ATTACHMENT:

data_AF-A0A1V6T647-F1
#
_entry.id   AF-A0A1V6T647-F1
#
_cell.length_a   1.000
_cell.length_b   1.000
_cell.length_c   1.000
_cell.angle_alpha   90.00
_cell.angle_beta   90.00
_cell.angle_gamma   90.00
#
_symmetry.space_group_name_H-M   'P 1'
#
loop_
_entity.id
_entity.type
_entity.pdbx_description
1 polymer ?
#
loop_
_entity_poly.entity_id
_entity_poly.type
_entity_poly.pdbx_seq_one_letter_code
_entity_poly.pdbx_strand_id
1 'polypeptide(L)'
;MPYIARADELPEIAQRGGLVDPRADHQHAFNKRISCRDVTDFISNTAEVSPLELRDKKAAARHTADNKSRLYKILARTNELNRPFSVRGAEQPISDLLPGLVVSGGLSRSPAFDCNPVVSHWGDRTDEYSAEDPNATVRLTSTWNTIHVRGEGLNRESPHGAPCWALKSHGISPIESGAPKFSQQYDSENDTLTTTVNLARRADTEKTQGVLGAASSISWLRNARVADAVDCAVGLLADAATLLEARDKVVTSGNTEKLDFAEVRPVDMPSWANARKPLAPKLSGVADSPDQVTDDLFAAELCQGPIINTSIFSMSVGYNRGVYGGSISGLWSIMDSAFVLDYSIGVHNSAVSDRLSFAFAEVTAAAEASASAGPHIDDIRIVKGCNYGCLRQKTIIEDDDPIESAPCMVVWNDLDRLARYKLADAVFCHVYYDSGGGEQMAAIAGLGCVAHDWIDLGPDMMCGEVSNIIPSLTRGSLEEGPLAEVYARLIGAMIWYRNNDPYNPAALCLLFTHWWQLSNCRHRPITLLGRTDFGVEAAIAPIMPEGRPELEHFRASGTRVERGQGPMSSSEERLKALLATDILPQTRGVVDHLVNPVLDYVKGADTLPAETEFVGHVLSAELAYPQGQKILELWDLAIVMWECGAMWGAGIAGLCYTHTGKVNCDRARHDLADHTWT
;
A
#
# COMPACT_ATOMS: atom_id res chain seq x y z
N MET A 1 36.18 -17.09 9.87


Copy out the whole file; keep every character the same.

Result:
data_AF-A0A1V6T647-F1
#
_entry.id   AF-A0A1V6T647-F1
#
_cell.length_a   1.000
_cell.length_b   1.000
_cell.length_c   1.000
_cell.angle_alpha   90.00
_cell.angle_beta   90.00
_cell.angle_gamma   90.00
#
_symmetry.space_group_name_H-M   'P 1'
#
loop_
_entity.id
_entity.type
_entity.pdbx_description
1 polymer ?
#
loop_
_entity_poly.entity_id
_entity_poly.type
_entity_poly.pdbx_seq_one_letter_code
_entity_poly.pdbx_strand_id
1 'polypeptide(L)'
;MPYIARADELPEIAQRGGLVDPRADHQHAFNKRISCRDVTDFISNTAEVSPLELRDKKAAARHTADNKSRLYKILARTNELNRPFSVRGAEQPISDLLPGLVVSGGLSRSPAFDCNPVVSHWGDRTDEYSAEDPNATVRLTSTWNTIHVRGEGLNRESPHGAPCWALKSHGISPIESGAPKFSQQYDSENDTLTTTVNLARRADTEKTQGVLGAASSISWLRNARVADAVDCAVGLLADAATLLEARDKVVTSGNTEKLDFAEVRPVDMPSWANARKPLAPKLSGVADSPDQVTDDLFAAELCQGPIINTSIFSMSVGYNRGVYGGSISGLWSIMDSAFVLDYSIGVHNSAVSDRLSFAFAEVTAAAEASASAGPHIDDIRIVKGCNYGCLRQKTIIEDDDPIESAPCMVVWNDLDRLARYKLADAVFCHVYYDSGGGEQMAAIAGLGCVAHDWIDLGPDMMCGEVSNIIPSLTRGSLEEGPLAEVYARLIGAMIWYRNNDPYNPAALCLLFTHWWQLSNCRHRPITLLGRTDFGVEAAIAPIMPEGRPELEHFRASGTRVERGQGPMSSSEERLKALLATDILPQTRGVVDHLVNPVLDYVKGADTLPAETEFVGHVLSAELAYPQGQKILELWDLAIVMWECGAMWGAGIAGLCYTHTGKVNCDRARHDLADHTWT
;
A
#
# COMPACT_ATOMS: atom_id res chain seq x y z
N MET A 1 36.18 -17.09 9.87